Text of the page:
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News and Political Satire Media: The Swiss Army Knife in International Development's Toolkit

 

International development’s media projects have accomplished a great deal. Soap operas, talk shows, reality TV, and public service announcements are just a few of the edutainment formats in international development’s toolkit to affect positive attitude and behavior change. And with the versatile potential of news and political satire media - media that uses satire, parody and sarcasm in its coverage of current affairs to entertain, inform and present an alternative perspective - that toolkit now has a multi-purpose Swiss army knife.

 

As tempting as it may be to “replicate” successful projects, the countless idiosyncrasies in every community guarantee a different project outcome and often with varying degrees of success. Still, some basic templates hold promise for broad traction, which is why at PMI we use the versatility of our craft to meet a wide range of objectives.

 

What does this mean for the news and political satire media (NPSM) genre? It means the form may change but the function holds true. The function being the ability of the genre to hook young adults with comedy and satire, win over their trust, provide an alternative perspective that catalyzes critical thinking, and potentially engage their audiences. A substantial body of research has already documented the positive impact of NPSM.

 

The versatility of NPSM means it can be made to specific international development objectives. For example, donors focused on anti-corruption programming may consider supporting an investigative satire show like John Oliver as part of its investigative journalism portfolio. Or given the research indicating that fans learn about the environment, science and global warming by watching NPSM, donors with science and environmental sustainability mandates may consider using the genre to influence viewers. The same goes for programs focused on voter education, women’s rights, CVE (Countering Violent Extremism), youth engagement, minority rights, health, transparency and accountability, and political participation.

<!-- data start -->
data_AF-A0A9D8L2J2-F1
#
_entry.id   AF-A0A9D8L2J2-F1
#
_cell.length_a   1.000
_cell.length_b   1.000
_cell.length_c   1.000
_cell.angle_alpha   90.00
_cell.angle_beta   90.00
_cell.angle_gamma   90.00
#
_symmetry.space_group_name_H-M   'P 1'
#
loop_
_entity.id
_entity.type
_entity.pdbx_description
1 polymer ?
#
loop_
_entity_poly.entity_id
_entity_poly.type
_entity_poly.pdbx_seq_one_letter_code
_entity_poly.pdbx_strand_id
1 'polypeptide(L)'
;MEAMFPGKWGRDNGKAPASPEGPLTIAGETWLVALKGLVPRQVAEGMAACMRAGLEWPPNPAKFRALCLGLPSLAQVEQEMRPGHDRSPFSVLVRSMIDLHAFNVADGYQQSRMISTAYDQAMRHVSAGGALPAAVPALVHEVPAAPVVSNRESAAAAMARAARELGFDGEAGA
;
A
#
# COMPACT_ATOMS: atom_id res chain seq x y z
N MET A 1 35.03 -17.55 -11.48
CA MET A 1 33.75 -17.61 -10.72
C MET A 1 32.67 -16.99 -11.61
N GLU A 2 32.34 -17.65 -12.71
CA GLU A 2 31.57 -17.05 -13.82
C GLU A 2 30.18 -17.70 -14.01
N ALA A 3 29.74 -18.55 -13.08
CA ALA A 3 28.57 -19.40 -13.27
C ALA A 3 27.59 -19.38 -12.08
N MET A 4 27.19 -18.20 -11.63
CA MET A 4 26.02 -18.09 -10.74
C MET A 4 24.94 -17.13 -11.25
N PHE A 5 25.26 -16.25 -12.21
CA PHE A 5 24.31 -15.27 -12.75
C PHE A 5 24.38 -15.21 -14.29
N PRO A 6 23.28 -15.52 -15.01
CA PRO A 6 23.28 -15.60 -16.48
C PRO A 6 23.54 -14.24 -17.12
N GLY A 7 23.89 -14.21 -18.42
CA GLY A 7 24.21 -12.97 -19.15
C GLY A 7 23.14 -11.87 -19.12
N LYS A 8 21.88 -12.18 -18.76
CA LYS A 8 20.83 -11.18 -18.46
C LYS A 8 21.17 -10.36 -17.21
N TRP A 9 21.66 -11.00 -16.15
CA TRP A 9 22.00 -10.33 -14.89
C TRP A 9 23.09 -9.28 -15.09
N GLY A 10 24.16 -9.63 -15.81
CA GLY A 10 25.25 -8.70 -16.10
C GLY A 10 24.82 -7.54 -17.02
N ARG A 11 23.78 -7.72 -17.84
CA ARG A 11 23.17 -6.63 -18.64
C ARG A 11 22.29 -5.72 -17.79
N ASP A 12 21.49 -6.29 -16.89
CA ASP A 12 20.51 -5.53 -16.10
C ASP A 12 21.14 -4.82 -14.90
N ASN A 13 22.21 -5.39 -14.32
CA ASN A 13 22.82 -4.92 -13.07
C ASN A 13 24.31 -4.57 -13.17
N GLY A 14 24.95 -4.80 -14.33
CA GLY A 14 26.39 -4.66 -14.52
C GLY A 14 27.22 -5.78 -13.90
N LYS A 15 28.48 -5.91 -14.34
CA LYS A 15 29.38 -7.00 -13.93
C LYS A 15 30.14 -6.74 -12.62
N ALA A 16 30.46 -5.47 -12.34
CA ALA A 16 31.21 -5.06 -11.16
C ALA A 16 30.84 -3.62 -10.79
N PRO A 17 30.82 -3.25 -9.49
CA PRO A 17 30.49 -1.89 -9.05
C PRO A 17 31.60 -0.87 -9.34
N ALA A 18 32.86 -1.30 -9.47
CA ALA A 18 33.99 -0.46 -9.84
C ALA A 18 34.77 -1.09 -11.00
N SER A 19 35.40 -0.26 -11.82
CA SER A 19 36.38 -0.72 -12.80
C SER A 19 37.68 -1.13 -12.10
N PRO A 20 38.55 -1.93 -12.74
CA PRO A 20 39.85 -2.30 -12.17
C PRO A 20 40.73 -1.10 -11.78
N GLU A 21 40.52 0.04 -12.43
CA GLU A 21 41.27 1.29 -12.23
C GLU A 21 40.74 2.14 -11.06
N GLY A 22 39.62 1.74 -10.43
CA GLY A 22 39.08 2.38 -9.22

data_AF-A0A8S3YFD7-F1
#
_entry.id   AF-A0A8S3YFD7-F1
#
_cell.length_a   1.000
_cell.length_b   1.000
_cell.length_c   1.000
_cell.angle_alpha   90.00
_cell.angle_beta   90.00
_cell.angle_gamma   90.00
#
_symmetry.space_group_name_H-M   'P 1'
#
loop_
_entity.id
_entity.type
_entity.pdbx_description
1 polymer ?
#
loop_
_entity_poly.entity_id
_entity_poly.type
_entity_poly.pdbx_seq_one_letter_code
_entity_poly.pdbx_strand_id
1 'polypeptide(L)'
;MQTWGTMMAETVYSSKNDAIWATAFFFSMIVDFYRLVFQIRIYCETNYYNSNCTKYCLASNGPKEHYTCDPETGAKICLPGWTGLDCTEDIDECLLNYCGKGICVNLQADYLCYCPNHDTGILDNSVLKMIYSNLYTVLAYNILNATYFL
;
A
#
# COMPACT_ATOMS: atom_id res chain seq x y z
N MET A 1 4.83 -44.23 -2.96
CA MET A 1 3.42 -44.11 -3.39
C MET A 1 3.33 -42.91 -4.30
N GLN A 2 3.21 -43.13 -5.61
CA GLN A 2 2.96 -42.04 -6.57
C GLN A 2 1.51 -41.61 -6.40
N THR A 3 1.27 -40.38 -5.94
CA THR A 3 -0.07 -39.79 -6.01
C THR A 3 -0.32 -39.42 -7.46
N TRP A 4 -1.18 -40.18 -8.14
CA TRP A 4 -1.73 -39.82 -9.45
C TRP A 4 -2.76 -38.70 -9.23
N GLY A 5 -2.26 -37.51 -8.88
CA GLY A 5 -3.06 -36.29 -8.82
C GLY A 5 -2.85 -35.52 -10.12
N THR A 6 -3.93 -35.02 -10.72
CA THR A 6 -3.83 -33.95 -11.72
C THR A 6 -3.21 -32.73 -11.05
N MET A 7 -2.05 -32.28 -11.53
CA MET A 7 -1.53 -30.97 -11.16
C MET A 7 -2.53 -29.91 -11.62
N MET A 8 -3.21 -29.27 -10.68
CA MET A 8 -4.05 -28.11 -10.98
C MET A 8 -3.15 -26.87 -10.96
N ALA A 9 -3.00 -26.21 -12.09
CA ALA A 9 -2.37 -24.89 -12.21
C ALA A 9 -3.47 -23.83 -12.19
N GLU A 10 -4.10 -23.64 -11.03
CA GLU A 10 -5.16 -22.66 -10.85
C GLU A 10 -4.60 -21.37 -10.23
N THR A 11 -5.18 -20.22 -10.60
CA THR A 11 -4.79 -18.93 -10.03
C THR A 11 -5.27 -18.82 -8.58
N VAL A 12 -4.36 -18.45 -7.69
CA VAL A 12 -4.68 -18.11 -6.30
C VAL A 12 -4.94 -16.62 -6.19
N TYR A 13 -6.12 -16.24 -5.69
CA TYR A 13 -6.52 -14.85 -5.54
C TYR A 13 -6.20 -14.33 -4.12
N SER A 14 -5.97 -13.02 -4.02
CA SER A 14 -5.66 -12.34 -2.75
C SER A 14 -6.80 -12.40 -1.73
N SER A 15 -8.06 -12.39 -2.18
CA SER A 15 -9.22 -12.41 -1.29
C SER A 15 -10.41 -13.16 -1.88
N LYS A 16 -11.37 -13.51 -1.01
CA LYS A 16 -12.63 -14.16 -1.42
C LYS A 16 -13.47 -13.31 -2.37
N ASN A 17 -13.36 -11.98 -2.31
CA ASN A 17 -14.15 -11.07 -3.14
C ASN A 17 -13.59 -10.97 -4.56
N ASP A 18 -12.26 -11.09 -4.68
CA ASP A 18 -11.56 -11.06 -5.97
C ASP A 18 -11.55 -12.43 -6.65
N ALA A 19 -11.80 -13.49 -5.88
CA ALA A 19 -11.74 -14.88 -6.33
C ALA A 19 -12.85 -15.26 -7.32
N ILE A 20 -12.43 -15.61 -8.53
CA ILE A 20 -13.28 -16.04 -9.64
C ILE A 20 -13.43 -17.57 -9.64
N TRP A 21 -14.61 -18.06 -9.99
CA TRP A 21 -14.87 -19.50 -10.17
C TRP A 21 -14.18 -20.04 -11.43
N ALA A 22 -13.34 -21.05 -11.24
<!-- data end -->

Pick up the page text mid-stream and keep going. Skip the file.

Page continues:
Take for example The Nightly Show with Larry Wilmore, an NPSM TV show from an African American perspective on Comedy Central that was recently cancelled due to low ratings. When the news broke, Wilmore joked the cancellation meant “racism is solved.” And during Jon Stewart’s guest appearance on the final episode, he noted the show’s valuable contribution to the media landscape. “You gave voice to underserved voices in the media arena…You started a conversation that was not on television when you began,” Stewart said.   

 

In addition to such “media for development” initiatives, the value of NPSM also lies in its potential for “media development.” NPSM appeals to 18 to 35 year-olds – the highly coveted demographic by advertisers and sponsors. To promote industry standard best practices in business planning and marketing, an NPSM show can demonstrate the benefits of using media consumption data to inform marketing plans that keep the show financially afloat and editorially independent, ultimately promoting a media outlet model that fosters freedoms of expression and the press.

 

In addition to traditional TV broadcasting, distribution methods can incorporate Internet TV platforms (YouTube, Vimeo), social media websites (Facebook, Twitter, Tumblr) and popular apps (SnapChat, Instagram). Shows don’t even have to be shows – instead, they can be a series of short-form video clips uploaded online on a strategic schedule. With mobile Internet becoming faster and more affordable for rural communities in emerging countries, viewers can watch and interact with videos like never before.

 

Even in high-risk contexts, due to the dangers associated with creating independent content, puppets, animation and simple post-production effects can be used to protect individuals’ identities. And content saved on flash drives can be disseminated via drones or informal markets.

 

NPSM essentially functions as a Swiss army knife – a simple multi-purpose tool. Whether the agenda is “media for development” or “media development”, donors and implementers have a versatile instrument in their toolkit.

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